‘Sun’ rising for Pandora

NEW YORK — Pandora Films is negotiating to turn Augusta Trobaugh’s novel “Sophie and the Rising Sun” into a feature that will be developed by scribe Robert Harling as a vehicle for Chow Yun-Fat.

Pic becomes one of several vehicles being tailored to give Chow the profile in Hollywood that he has long enjoyed in Hong Kong.

To be published this week, “Sophie” is the story of a small-town Georgian who falls in love with a Japanese-American gardener in 1941. The relationship takes a turn after the bombing of Pearl Harbor, when Sophie and the gardener’s landlady hide him.

Pic will be produced by Wendy Finerman, and scripted by Harling, whose credits range from “Steel Magnolias” to “First Wives Club” and most recently “The Ump,” the MGM film that Arnold Schwarzenegger is eyeing as a star vehicle in a co-production between Beacon and Hyde Park.

The book will be shepherded by Gaylord Films topper Hunt Lowry and senior veep Stacy Cohen.

After taking a year to fashion the right follow-up vehicles to the Ang Lee-directed “Dragon,” Chow will tackle several genres in films next year. His next film will either be “Bulletproof Monk,” the graphic novel adaptation by Cy Voris and Ethan Reiff for MGM that will be directed by video and commercials veteran Paul Hunter, or “Waiting,” the China-set epic love story written and directed by Peter Chan, which Andre Morgan is producing.

Also coming together for a mid-2002 start is his reteam with Woo, who directed Chow in “The Killer,” “Hard Boiled” and several other action classics. The pair is expected to next collaborate in a historical drama scripted by “Face/Off” scribes Mike Werb and Michael Colleary. The film, which has the working title “Men of Iron,” will pair Chow with an American actor in the story of a Chinese man and an Irish man as they work laying track for the transcontinental railroad in the late 1800s. The project has been developed by Bill Mechanic’s Pandemonium label.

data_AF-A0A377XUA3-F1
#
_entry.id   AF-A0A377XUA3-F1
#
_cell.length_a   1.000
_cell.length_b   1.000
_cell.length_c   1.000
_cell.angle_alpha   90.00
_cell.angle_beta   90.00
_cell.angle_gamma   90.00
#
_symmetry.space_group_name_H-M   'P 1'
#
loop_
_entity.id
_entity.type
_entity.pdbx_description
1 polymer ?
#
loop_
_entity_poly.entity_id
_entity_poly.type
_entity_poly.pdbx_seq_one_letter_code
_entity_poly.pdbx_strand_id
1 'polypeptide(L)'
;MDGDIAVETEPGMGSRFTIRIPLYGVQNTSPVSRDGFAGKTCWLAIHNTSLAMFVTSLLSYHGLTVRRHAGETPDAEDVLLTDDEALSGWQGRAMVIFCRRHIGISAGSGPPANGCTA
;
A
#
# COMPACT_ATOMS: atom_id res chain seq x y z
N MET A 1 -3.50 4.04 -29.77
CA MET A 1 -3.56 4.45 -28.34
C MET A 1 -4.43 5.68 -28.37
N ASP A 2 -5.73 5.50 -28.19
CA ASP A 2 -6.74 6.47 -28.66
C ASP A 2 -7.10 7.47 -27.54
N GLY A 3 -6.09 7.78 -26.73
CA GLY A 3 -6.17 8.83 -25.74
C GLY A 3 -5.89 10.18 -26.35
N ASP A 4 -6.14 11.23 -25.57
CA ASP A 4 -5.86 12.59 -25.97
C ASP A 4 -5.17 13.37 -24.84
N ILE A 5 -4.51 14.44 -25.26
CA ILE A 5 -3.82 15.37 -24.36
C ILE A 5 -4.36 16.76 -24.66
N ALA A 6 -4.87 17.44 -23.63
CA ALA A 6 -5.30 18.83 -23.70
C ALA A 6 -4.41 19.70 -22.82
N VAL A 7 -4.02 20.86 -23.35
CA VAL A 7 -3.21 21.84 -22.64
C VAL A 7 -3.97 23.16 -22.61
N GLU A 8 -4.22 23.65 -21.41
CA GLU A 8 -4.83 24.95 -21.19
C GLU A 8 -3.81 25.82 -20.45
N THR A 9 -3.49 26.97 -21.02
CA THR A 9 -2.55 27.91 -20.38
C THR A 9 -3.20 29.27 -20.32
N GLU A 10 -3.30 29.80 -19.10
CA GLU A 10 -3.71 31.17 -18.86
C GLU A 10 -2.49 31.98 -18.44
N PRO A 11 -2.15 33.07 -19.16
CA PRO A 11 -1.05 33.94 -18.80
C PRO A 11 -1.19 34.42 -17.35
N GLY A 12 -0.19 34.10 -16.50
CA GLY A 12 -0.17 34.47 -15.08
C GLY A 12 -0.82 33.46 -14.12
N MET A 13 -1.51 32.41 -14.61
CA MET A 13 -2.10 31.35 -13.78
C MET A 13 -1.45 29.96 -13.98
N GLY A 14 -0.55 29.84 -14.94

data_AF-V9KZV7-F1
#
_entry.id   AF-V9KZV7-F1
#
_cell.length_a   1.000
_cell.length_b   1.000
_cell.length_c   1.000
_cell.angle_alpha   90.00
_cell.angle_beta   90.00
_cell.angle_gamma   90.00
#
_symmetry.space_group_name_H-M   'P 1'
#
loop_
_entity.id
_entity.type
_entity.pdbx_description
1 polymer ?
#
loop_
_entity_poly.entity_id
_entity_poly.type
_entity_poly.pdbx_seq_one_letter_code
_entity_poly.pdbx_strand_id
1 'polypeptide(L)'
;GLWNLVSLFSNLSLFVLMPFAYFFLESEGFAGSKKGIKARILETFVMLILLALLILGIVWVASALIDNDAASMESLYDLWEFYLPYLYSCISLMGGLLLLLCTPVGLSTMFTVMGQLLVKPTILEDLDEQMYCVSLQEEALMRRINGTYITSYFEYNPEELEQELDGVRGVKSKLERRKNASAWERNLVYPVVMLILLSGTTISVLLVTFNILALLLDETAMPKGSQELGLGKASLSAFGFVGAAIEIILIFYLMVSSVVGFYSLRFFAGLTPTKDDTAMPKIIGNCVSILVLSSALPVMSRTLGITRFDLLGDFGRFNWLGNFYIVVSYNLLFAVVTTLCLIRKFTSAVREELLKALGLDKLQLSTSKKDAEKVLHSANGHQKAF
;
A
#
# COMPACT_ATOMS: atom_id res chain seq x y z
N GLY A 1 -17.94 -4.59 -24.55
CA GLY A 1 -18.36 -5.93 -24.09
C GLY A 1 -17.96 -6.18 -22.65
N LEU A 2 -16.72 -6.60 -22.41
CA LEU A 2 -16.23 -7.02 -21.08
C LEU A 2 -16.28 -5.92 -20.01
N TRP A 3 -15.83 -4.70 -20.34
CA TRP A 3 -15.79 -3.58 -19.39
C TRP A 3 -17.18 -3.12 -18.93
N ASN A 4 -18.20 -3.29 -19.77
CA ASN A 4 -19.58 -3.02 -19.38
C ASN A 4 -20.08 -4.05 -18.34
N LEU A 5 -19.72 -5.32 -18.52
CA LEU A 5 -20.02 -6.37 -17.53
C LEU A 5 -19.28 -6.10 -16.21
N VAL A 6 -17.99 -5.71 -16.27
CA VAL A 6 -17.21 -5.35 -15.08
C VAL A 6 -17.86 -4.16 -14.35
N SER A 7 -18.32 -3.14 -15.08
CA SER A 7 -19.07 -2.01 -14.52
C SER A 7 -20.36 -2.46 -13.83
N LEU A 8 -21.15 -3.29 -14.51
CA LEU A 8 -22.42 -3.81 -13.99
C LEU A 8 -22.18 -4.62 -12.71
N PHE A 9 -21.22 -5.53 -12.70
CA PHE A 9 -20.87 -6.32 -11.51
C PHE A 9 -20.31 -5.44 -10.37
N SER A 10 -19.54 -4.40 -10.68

DOUBLE DEUTCH: Crusader Entertainment has made a deal with director Howard Deutch to turn the Laurence Shames comic novel “Florida Straits” into a feature. Deutch, who last directed the Keanu Reeves comedy “The Replacements” and recently signed to direct the MGM road comedy “The Tree,” will work with on a “Florida Straits” polish with Shames, who adapted his own novel for Crusader, which has a first look deal at Paramount. The novel’s long been considered strong movie material in the vein of “Get Shorty.” It concerns a young son of a mob boss, who, because he’s not pure Italian blood, will never be a made guy. He leaves his father and brother and sets out for Key West, where he intends to start his own mob. Trouble is, the area’s run by a Colombian cartel and when the mobster concocts a jewel heist, he finds that his rivals have ordered him to be rubbed out. At the same time, Deutch’s WMA agents are negotiating for him to direct the pilot episode of an untitled HBO series about the music industry. The series, which will be produced by Erwin Stoff of 3 Arts, would mark the second HBO series Deutch has gotten involved with, after he did two episodes of “Tales from the Crypt.”

BAD BOYS COLLARS COUPLE:With “Men in Black 2” nearing a wrap for a summer 2002 release, Columbia Pictures and producer Jerry Bruckheimer are forging ahead with plans that could get “MIB2” star Will Smith back into sequel mode by the middle of next year. Columbia has tapped the husband/wife script team of Cormac and Marianne Wibberley to pull together a script, with the hope of reassembling the trio of director Michael Bay and stars Smith and Martin Lawrence, the latter of whom is expected to do the “Blue Streak” sequel at Columbia. The Wibberleys are becoming major players in the action-comedy world, even though they began writing for the kids market, without much success. That changed when they wrote “The Sixth Day” as a spec script, and watched it turn into an Arnold Schwarzenegger drama at Phoenix Pictures. The Wibberleys were then brought aboard for a page-one rewrite on “I Spy,” and kept writing on the film after Betty Thomas began directing Eddie Murphy and Owen Wilson in that action comedy. Aside from “Bad Boys,” the scribes have a blind script commitment with Columbia Pictures, an obligation they hope to satisfy when they complete “Bad Boys,” if they’re not brought aboard for another pricey rewrite. The scribes are repped by UTA and Bondesen and Graup.

FROM “ATTRACTION” TO “CRIME”:Up-and-coming star Kip Pardue will star in “American Crime,” the indie drama coming together with director Dan Mintz and producer-writer Jeff Ritchie’s Fingerprint Films. Pardue’s in talks to team with Rachael Leigh Cook in a drama that casts him as a member of a small-town news crew covering a series of local deaths. The young reporter becomes a prime suspect in the investigation. Pardue is currently in production on the Roger Avary-directed adaptation of the Bret Easton Ellis novel “The Rules of Attraction,” which stars James Van Der Beek and Jessica Biel. Pardue is repped by WMA and Untitled Ent.

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